Comment: Police training to beat sheep thefts

ANYONE OUT and about, making the most of the weather and our beautiful countryside, can’t fail to notice the number of sheep around.

Police will be given training from farmers in a bid to assist their efforts in tackling sheep thefts.

With plenty of grass on offer, Yorkshire is a good place to produce quality sheep – so much so that they are now an integral part of our farming systems, producing meat, milk, wool and skins. They are also crucial in managing our spectacular local landscape.

Generations of farmers have devoted their lives to developing their breeding flocks; many of them ‘hefted’ flocks that have gained an intimate knowledge of their home farm over many generations. So when sheep are stolen, the impact can be devastating.

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Sadly we are seeing too many being taken, leading to real concerns not just about the impact on Yorkshire’s farming businesses but also about the illegal slaughter of sheep, and the potential for the meat to enter the food chain.

It is in response to the continuing theft of sheep - sometimes in large numbers - that we are now developing a close working partnership with North Yorkshire Police and other government agencies to tackle the problem head-on.

Our initiative builds on the success of a project in Lancashire that has led to a fall in thefts. That is good news for farmers in the patch, but there is concern that the thieves are now targeting other areas in the North of England. This is another reason why we are now working with our police force, starting in the Yorkshire Dales, to develop a programme of on-farm training for rural police officers. The aim is to offer the expertise of the farming community to the police; after all, it is a fine art identifying sheep that all look very similar!

Farmers have the knack and can interpret the variety of horn burns, flock marks, ear notches and management tags. They also know about other ways of identifying animals including DNA samples and electronic ear tags or boluses (chipped devices inserted into the animal’s stomach).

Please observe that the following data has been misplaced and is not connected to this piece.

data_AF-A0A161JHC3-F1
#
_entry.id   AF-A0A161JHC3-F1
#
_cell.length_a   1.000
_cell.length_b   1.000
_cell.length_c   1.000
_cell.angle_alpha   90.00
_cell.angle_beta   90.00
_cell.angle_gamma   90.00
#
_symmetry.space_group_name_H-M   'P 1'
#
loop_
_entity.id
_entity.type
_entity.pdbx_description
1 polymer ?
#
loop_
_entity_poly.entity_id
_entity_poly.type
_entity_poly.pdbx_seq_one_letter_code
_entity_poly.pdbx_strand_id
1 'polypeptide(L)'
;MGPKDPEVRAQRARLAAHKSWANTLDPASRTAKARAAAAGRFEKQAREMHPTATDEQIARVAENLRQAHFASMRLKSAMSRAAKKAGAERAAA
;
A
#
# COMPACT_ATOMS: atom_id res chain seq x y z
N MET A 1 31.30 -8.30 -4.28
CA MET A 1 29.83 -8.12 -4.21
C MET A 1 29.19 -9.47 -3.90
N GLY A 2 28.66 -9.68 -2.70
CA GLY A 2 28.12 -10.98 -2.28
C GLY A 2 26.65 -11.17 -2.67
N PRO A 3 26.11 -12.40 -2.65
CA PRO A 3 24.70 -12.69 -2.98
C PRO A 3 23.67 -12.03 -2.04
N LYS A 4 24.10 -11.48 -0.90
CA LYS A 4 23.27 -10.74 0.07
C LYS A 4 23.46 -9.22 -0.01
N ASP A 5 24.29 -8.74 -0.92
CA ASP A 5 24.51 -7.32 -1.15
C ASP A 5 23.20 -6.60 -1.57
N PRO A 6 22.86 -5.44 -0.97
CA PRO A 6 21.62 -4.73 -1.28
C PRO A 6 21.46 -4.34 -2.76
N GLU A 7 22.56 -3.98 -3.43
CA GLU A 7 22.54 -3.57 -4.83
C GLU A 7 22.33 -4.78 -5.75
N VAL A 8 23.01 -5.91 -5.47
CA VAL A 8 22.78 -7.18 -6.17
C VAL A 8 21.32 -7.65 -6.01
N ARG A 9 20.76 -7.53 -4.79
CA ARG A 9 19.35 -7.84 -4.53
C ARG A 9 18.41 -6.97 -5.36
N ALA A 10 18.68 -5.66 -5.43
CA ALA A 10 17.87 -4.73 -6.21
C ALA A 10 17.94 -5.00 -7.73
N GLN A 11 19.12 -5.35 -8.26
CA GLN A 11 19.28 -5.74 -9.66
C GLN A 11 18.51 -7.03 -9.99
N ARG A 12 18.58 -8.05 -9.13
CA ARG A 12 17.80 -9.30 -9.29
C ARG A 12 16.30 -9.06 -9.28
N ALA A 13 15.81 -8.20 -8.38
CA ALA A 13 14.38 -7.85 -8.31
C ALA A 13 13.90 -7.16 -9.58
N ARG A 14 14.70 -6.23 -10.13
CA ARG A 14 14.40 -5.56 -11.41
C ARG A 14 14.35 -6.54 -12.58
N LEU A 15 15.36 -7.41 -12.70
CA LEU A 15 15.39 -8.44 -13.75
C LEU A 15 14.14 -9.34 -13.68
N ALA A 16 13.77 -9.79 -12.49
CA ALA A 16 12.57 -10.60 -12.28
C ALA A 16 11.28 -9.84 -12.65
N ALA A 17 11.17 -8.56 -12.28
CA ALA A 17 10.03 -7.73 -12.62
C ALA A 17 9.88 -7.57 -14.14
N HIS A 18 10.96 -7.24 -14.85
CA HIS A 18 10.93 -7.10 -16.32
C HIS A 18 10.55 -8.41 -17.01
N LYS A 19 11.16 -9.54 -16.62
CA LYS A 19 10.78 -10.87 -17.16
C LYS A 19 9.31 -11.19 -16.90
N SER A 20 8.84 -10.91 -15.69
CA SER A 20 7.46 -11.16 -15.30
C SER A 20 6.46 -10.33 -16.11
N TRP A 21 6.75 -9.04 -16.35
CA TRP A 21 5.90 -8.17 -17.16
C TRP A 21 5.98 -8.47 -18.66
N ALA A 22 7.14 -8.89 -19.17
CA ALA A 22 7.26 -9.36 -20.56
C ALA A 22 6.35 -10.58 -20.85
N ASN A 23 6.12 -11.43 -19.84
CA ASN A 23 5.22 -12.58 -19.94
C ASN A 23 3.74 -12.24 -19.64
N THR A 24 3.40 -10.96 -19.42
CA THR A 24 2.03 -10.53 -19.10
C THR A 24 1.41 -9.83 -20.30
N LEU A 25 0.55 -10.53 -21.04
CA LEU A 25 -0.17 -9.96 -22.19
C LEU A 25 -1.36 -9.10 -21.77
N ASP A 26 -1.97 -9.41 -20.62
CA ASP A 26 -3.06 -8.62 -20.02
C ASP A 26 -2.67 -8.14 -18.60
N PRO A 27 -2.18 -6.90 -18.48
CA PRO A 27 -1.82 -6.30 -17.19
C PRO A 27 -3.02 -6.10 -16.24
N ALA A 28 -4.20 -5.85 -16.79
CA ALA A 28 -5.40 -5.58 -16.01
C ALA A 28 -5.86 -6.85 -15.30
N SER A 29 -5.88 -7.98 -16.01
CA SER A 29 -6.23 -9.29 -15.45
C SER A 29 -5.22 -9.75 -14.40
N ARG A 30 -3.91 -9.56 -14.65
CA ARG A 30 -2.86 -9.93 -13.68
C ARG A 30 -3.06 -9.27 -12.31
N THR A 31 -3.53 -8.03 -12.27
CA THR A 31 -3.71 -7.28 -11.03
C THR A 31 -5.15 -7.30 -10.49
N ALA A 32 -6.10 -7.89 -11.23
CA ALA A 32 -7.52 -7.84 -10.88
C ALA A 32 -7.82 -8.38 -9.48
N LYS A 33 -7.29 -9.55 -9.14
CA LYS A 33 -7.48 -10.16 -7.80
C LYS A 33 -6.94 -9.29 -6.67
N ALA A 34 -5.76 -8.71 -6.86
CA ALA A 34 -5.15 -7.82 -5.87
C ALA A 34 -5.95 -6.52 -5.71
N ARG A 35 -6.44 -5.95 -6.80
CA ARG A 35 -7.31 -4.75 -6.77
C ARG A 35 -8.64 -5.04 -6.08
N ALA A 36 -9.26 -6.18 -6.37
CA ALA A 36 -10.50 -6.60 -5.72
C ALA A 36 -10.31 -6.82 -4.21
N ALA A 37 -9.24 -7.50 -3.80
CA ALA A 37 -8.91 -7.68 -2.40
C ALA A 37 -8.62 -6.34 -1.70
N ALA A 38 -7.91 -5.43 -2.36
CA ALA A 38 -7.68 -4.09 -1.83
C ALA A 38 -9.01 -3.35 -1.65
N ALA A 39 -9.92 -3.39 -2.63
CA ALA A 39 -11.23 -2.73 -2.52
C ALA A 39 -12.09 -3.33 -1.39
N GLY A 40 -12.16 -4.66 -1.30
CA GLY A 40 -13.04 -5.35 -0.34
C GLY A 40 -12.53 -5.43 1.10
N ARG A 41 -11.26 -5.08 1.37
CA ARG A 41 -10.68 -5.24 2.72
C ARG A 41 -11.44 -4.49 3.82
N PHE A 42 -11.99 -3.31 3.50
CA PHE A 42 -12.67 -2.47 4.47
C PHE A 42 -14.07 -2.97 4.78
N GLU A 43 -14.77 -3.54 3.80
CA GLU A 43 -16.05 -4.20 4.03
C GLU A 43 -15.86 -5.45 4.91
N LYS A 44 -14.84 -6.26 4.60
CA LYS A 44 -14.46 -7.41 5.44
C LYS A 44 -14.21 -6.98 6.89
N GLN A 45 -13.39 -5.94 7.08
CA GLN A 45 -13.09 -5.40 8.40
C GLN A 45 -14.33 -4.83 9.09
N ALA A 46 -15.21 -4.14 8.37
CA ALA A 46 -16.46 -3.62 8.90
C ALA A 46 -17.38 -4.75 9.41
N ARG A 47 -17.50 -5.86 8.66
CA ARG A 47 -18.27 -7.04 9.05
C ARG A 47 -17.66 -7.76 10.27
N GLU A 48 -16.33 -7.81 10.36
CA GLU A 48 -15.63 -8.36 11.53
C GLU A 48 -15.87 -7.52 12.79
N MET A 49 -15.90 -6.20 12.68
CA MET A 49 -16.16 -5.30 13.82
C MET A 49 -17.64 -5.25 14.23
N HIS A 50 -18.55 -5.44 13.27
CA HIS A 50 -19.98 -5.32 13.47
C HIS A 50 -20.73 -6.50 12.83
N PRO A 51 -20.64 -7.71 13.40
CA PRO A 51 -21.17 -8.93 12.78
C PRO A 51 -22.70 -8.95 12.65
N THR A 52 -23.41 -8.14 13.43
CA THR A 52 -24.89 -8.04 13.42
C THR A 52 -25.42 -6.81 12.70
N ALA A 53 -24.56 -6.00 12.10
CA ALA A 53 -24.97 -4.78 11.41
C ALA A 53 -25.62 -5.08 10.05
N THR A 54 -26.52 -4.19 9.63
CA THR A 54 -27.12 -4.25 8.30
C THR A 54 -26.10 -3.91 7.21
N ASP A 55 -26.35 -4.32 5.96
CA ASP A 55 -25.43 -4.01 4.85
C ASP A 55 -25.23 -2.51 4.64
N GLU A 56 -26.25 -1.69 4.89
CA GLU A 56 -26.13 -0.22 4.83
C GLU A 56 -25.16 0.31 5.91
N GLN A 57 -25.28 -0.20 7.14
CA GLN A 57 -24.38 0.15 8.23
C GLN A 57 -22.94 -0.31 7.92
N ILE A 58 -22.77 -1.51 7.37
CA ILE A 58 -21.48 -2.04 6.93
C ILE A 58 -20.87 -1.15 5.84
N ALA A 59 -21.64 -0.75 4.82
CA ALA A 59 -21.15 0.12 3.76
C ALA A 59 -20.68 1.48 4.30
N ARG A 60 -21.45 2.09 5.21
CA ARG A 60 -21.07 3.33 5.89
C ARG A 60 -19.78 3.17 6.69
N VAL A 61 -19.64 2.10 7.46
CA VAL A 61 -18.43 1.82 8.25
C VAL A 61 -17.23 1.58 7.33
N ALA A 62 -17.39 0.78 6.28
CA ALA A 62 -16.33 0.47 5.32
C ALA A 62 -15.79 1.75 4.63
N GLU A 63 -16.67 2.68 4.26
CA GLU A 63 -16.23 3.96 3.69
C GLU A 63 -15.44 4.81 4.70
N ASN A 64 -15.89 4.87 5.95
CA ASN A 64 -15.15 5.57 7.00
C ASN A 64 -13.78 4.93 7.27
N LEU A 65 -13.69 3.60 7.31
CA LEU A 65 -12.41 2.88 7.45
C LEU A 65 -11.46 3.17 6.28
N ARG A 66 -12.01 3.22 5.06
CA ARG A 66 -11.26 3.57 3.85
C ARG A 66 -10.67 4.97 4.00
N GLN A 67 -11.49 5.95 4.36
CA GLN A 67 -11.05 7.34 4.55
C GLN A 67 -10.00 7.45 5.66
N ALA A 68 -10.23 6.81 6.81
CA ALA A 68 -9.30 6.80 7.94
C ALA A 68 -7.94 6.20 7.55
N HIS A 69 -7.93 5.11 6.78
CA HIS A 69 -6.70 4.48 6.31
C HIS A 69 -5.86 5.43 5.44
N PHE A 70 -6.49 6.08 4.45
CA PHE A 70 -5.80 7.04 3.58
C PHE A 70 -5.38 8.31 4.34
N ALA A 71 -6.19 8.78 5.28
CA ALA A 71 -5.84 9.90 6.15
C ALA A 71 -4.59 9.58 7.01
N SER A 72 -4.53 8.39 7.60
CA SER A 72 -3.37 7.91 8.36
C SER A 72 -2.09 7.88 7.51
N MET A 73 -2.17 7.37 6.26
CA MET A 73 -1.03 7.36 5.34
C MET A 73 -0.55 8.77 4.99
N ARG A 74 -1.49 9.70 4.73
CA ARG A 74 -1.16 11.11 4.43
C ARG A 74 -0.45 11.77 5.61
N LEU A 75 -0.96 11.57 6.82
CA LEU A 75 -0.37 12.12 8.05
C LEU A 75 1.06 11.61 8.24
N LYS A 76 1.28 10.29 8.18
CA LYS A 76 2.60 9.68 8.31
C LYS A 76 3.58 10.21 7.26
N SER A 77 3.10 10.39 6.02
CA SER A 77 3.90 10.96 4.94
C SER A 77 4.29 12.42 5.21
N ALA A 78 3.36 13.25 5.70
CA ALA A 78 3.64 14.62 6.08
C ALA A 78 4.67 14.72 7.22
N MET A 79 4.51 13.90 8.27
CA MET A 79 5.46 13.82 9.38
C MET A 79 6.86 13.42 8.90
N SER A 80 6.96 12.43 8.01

Movement records are another complexity that farmers can help unravel and all this expertise can be passed on to the police to help officers on patrol.

The aim of the initiative is to raise awareness of sheep thefts across the police force, and help officers improve their roadside investigation skills. A set of standard questions will be developed for all officers on patrol who may stop check animal movements. These are all simple tools that will help an officer make an informed judgement on whether a trailer load of sheep has been stolen and where they have come from.

The initiative also involves developing a network of farmers to be on hand as local experts to assist the police in identifying stolen sheep or to provide longer term housing for sheep that can’t immediately be returned to their owners. Auction marts also have a role to play, with some providing overnight accommodation for sheep that have been seized and where investigations are pending.

This is a great example of farmers working with the police. Hopefully it will encourage better reporting of sheep thefts and rural crime as it will give farmers confidence that action is being taken.

So, if this summer you see a police officer armed with some sheep tags and a stick reader instead of a baton, you will now realise that they are not helping out a local farmer but are on the trail of stolen sheep.

Laurie Norris is the North Riding and Durham County Adviser with the NFU.